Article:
Therapeutic and surgical applications of focused ultrasound require monitoring of local temperature rises induced inside tissues. From an economic and practical point of view ultrasonic imaging techniques seem to be the most suitable for the temperature control. This paper presents an implementation of the ultrasonic echoes displacement estimation technique for monitoring of local temperature rise in tissue during its heating by focused ultrasound The results of the estimation were compared to the temperature measured with thermocouple. The obtained results enable to evaluate the temperature fields induced in tissues by pulsed focused ultrasonic beams using non-invasive imaging ultrasound technique
Objectives: In the article we describe the new, high frequency, 20 MHz scanning/Doppler probe designed to measure the flow mediated dilation (FMD) and shear rate (SR) close to the radial artery wall. Methods: We compare two US scanning systems, standard vascular modality working below 12 MHz and high frequency 20 MHz system designed for FMD and SR measurements. Axial resolutions of both systems were compared by imaging of two closely spaced food plastic foils immersed in water and by measuring systolic/diastolic diameter changes in the radial artery. The sensitivities of Doppler modalities were also determined. The diagnostic potential of a high frequency system in measurements of FMD and SR was studied in vivo, in two groups of subjects, 12 healthy volunteers and 14 patients with stable coronary artery disease (CAD). Results: Over three times better axial resolution was demonstrated for a high frequency system. Also, the sensitivity of the external single transducer 20 MHz pulse Doppler proved to be over 20 dB better (in terms of a signal-to-noise ratio) than the pulse Doppler incorporated into the linear array. Statistically significant differences in FMD and FMD/SR values for healthy volunteers and CAD patients were confirmed, p-values < 0:05. The areas under Receiver Operating Characteristic (ROC) curves for FMD and FMD/SR for the prediction CAD had the values of 0.99 and 0.97, respectively. Conclusions: These results justify the usefulness of the designed high-frequency scanning system to determine the FMD and SR in the radial artery as predictors of coronary arterial disease.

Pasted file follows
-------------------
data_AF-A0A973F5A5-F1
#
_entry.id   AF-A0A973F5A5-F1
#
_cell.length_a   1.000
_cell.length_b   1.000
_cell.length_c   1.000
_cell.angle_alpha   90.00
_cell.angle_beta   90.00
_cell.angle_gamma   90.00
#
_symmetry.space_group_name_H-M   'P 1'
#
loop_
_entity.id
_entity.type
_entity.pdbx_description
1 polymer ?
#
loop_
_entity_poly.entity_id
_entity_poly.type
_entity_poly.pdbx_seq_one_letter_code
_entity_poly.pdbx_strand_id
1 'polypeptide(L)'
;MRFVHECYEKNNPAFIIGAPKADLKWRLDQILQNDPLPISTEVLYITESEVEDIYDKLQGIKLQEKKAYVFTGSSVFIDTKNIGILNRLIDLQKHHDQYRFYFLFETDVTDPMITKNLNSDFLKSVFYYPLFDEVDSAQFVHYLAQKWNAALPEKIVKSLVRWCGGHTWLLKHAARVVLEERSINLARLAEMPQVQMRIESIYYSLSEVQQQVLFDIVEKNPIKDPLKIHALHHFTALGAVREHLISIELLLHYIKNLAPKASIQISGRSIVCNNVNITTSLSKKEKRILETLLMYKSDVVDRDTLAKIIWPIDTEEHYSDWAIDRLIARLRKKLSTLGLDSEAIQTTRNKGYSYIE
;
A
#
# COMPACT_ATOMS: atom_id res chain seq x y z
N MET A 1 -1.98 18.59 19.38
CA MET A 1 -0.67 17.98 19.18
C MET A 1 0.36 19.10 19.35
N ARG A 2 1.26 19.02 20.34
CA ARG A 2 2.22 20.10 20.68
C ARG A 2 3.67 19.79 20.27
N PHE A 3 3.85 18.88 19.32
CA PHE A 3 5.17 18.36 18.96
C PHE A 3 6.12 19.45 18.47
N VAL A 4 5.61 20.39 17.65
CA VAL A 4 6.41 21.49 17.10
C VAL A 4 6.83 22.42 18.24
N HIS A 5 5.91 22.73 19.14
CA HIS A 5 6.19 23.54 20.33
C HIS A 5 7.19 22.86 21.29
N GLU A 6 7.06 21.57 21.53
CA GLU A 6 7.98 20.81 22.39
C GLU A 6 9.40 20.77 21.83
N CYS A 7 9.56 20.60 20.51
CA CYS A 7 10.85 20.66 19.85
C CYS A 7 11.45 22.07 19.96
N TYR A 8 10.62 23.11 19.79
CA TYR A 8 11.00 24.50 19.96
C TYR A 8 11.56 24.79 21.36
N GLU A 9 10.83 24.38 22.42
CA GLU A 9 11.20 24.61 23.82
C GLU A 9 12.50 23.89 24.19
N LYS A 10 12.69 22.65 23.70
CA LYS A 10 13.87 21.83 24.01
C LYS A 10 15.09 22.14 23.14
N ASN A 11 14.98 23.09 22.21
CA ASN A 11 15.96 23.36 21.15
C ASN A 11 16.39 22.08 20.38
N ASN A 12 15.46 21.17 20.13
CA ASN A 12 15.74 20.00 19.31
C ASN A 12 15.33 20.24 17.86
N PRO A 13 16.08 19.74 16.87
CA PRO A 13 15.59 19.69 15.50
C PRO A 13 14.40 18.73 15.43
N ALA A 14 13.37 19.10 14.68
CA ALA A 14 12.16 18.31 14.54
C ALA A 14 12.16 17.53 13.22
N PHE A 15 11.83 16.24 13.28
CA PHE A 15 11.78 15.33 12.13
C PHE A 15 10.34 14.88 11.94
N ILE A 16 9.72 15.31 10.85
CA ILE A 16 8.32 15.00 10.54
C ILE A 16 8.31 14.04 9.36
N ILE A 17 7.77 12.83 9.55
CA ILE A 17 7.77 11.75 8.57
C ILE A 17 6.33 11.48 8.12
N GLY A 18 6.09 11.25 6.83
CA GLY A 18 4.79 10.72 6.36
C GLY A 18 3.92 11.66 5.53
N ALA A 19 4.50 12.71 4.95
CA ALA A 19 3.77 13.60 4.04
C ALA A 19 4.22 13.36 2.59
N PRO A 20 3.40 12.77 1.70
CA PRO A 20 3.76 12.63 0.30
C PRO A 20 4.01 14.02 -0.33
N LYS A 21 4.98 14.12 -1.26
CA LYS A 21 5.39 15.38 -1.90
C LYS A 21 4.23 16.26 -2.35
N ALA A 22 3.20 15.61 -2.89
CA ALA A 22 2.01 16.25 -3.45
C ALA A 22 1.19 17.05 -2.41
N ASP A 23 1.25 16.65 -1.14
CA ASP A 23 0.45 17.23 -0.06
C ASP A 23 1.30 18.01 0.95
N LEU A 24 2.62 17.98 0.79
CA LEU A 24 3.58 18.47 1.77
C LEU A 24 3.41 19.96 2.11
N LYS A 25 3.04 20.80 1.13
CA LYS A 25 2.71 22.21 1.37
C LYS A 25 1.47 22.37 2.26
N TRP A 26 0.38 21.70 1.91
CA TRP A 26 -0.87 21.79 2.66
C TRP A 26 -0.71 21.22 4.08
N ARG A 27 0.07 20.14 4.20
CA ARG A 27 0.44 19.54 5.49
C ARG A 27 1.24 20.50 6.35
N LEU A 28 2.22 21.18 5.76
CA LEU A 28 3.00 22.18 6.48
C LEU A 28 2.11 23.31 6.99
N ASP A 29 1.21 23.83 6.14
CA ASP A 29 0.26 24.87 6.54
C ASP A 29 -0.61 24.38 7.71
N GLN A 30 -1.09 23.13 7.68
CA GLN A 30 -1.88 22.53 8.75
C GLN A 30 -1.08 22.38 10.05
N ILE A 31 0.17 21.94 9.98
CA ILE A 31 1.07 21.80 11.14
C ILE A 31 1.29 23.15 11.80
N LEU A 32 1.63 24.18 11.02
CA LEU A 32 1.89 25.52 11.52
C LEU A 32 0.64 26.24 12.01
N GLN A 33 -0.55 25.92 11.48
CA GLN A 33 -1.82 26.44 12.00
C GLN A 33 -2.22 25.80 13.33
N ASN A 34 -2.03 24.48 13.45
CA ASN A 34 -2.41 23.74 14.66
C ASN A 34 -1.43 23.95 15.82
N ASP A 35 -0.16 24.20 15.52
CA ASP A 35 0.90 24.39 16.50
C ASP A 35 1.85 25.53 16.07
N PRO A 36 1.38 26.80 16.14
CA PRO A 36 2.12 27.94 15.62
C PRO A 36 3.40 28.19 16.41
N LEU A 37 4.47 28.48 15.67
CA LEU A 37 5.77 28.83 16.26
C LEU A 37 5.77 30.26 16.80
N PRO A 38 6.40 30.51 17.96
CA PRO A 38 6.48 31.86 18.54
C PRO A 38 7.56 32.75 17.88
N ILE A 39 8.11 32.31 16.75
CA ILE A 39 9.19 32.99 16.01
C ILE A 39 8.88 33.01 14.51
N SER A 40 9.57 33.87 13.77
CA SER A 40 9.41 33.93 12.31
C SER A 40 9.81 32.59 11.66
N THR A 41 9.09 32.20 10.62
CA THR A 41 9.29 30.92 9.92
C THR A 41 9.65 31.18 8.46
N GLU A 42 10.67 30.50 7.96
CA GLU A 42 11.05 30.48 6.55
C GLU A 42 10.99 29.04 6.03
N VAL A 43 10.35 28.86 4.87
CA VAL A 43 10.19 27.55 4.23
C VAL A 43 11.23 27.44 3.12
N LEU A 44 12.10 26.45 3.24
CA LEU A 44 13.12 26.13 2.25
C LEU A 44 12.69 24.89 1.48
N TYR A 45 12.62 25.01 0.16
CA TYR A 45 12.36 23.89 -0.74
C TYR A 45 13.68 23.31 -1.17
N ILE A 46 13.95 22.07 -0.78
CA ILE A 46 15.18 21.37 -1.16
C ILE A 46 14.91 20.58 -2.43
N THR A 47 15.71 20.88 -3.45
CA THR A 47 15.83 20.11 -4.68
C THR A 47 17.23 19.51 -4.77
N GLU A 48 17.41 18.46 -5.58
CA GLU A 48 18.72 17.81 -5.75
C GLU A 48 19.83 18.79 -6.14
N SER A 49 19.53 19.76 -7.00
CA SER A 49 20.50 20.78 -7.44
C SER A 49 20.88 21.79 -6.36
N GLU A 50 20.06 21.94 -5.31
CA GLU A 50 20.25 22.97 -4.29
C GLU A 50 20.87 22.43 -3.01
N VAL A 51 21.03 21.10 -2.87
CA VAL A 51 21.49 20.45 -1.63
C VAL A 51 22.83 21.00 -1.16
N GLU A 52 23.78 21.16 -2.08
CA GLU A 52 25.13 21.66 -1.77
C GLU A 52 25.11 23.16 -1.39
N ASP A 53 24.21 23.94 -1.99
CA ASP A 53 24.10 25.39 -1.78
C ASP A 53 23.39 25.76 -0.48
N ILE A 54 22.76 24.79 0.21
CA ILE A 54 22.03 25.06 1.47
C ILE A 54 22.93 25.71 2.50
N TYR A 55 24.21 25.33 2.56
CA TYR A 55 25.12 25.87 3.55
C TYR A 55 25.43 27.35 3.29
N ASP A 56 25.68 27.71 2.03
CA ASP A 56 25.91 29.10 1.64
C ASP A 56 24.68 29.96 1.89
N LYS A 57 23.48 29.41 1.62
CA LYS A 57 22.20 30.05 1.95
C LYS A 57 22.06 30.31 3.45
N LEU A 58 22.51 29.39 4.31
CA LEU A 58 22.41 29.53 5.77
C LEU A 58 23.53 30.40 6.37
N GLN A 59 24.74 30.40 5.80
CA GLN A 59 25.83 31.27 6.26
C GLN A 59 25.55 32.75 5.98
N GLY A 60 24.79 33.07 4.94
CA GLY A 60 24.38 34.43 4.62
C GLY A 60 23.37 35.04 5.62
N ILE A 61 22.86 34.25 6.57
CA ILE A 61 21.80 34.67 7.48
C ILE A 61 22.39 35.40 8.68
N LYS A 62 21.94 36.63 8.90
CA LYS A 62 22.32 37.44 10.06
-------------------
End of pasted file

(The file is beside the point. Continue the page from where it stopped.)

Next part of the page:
The use of therapeutic ultrasound continues to grow. A focused ultrasonic wave can increase the tissue temperature locally for the non-invasive cancer treatment or other medical applications. The authors have designed a seven-element annular array transducer operating at 2.4 MHz. Each element was excited by sine burst supplied by a linear amplifier and FPGA control circuits. The acoustic field, generated by a transducer was initially numerically simulated in a computer and next compared to water tank hydrophone measurements performed at 20, 40 and 60 mm focal depth. The results showed good agreement of the measurements with theory and the possibility to focus the ultrasound in the preselected area. The total acoustic power radiated by the annular array was equal to 2.4 W.